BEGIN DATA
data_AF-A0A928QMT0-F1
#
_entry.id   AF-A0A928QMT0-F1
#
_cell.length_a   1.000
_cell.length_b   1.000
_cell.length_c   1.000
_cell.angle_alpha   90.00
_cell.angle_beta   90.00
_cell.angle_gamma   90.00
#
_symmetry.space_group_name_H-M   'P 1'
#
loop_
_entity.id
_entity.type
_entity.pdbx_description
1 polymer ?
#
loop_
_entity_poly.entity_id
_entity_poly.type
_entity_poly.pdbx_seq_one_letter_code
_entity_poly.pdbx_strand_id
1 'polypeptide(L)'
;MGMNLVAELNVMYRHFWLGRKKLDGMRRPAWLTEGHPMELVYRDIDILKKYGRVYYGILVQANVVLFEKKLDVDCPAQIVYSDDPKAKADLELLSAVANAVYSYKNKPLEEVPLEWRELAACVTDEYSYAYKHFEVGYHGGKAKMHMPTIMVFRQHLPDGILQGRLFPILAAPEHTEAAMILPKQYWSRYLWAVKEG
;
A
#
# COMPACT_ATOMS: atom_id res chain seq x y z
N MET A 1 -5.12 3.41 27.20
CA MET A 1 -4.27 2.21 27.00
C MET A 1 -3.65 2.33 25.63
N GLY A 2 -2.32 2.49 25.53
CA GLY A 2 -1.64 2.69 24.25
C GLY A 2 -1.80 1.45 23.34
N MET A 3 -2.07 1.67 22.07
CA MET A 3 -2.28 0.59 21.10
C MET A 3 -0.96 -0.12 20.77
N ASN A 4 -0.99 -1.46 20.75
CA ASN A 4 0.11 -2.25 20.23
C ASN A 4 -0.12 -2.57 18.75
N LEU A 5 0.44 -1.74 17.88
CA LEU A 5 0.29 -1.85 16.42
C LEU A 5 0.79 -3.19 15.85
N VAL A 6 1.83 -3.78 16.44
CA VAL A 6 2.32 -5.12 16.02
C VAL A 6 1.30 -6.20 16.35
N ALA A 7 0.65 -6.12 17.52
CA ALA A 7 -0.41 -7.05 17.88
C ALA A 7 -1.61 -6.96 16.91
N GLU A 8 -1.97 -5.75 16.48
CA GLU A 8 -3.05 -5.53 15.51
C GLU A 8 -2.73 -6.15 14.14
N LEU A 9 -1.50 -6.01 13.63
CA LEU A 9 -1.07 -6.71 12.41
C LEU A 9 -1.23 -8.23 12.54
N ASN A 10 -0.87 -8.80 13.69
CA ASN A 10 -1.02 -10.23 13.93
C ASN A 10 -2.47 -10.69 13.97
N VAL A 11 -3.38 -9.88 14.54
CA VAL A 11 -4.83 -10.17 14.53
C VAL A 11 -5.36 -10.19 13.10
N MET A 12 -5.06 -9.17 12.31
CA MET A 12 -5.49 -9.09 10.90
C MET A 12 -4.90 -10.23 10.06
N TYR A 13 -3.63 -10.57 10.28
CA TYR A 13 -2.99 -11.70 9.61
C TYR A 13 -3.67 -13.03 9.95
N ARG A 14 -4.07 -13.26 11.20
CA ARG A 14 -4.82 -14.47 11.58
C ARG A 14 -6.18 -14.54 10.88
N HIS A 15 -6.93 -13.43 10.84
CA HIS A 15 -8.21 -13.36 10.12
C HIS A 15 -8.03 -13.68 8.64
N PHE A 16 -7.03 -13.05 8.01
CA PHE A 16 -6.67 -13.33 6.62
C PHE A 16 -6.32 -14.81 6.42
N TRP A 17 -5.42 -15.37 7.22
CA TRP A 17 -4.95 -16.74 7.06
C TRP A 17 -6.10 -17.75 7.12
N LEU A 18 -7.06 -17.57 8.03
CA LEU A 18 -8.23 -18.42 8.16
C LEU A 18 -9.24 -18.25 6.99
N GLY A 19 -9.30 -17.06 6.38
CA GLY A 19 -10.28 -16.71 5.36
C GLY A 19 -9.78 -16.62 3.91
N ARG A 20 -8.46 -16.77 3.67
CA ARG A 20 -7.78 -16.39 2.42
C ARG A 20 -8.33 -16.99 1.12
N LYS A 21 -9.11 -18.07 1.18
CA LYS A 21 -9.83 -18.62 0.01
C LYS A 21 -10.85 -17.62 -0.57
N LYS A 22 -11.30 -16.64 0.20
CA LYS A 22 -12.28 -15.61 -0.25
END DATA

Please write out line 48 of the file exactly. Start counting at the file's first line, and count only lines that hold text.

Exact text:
C VAL A 6 1.30 -6.20 16.35